6. ‘She Wears Red Feathers’, by Guy Mitchell

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She Wears Red Feathers, by Guy Mitchell (his 1st of four #1s)

4 weeks, from 12th March to 10th April 1953

Oh my… I’m not sure where to begin with this one. The 6th UK number one kicks off with a cod-Arabian nights, we’re entering the harem kind of intro, and then… well, perhaps the lyrics will best describe just what territory we’re in here:

            She wears red feathers and a hooly-hooly skirt, She lives on just cokey-nuts and fish from the sea, A rose in her hair, a gleam in her eyes, And love in her heart for me.

Why is ‘she’ wearing red feathers and a hula skirt? Well… See, the singer is the respectable employee of a bank who, disenchanted with his humdrum life, goes to musical reviews of an evening. At one such performance he spies a pearl of a native girl and the very next day sets sail to find her. Again, the lyrics are best quoted verbatim:

            Goodbye to the London bank, I started in a-sailin’, The fourteenth day from Mandalay I spied her from the railin’, She knew I was on my way, waited, and was true, She said “You son of an Englishman, I’ve dreamed each night of you.”

Through what feat of clairvoyance the exotic girl knows he is coming isn’t explained. But they fall in love, and wed, and I quote: An elephant brought her in, placed her by my side, While six baboons got out bassoons and played “Here Comes the Bride.” It’s all a bit… Well, I suppose it was 1953. In the words of everybody’s slightly racist uncle: ‘You couldn’t get away with it these days, that’s for sure.’

Inaccurate racial stereotyping played for laughs aside, this is a cloying song that does what all horribly catchy songs do i.e. lodges itself in your brain from the first listen. It’s jaunty to the point of being wildly irritating, with someone going crazy on a flute and a xylophone at the end of every line. Compared with the handful of number ones that have preceded it, this sounds really old fashioned – something from a 1920s music hall, along with ‘Roll Out the Barrel’. Looking it up, I did wonder if it was a cover of an old standard, but nope: it was written for and recorded by Guy Mitchell. It’s clearly a novelty, so I suppose it does provide us with another chart debut: the first in a long line of songs to reach the top by being funny, or annoying, rather than any good. You can enjoy it in all its music-hall glory here, though. (Note that this is not the version that topped the charts – the video for that lies at the foot of this post.)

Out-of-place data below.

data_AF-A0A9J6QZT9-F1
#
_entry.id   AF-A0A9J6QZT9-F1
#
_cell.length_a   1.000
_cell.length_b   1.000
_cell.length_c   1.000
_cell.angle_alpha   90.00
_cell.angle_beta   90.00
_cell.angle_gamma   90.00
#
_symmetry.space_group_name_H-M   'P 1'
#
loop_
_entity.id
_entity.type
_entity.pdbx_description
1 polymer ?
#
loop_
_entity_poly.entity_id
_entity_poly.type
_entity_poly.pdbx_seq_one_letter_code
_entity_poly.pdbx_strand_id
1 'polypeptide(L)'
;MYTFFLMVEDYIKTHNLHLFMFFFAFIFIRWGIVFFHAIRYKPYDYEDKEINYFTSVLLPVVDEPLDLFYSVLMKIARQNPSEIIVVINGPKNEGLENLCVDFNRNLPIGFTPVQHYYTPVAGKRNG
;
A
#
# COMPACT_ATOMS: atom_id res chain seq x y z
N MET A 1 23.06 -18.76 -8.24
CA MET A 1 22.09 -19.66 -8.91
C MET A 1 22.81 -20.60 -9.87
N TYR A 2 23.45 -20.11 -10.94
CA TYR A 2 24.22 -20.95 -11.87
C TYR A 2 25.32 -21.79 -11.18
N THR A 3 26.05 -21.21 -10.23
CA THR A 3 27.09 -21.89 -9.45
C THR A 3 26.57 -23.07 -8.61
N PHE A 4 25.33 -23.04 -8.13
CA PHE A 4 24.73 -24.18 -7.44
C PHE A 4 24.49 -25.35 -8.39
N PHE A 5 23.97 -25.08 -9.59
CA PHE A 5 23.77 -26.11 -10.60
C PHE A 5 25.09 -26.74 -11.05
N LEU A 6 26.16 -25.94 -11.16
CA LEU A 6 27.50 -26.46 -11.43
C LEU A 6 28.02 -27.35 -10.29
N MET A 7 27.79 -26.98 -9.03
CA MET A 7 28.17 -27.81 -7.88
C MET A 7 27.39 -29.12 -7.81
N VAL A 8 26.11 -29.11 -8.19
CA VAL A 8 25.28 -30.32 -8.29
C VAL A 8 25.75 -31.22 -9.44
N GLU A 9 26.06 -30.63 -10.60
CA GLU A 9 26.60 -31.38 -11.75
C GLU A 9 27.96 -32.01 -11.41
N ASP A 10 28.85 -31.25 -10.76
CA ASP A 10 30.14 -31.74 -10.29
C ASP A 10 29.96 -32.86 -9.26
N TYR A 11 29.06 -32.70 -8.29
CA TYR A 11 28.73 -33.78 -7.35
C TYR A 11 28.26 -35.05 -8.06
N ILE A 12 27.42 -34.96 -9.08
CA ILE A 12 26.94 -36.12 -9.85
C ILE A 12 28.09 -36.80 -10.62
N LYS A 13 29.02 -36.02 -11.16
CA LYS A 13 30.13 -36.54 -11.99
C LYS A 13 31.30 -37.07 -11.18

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By the end of the song, the singer has returned to London with his bride, and all his former co-workers stare in wonder and amusement as this foreign beauty sips her tea just like them! I don’t want to sound all woke and millennial and right on but… Jesus.

Anyway, at the very end of the song – and this is something that Perry Como did in ‘Don’t Let the Stars Get in Your Eyes’ too – Mitchell completely changes tack from the laid-back, knowing manner in which he’s delivered the previous two minutes and fifty seconds and ends with a huge, faux-operatic repeat of the final line. It jars, and seems to serve no other purpose than announcing THIS IS THE END OF THE SONG! It was the style of the time, I suppose.

Like Perry Como, Guy Mitchell was a big star, and continued to be a big star throughout the 1950s. We’ll meet him again before long; his biggest hits yet to come. And we’re yet to meet our first one hit wonder, with all the artists featured thus far enjoying some form of extended success. As I wrote with Como, it wasn’t as if people woke up one morning in November 1952 and decided to start buying 45s. Therefore, it’s slightly harder to judge the success and popularity of these early artists whose ‘debut’ hits are chart debuts rather than career debuts. Things will become clearer as we delve deeper into chart history…


17 thoughts on “6. ‘She Wears Red Feathers’, by Guy Mitchell

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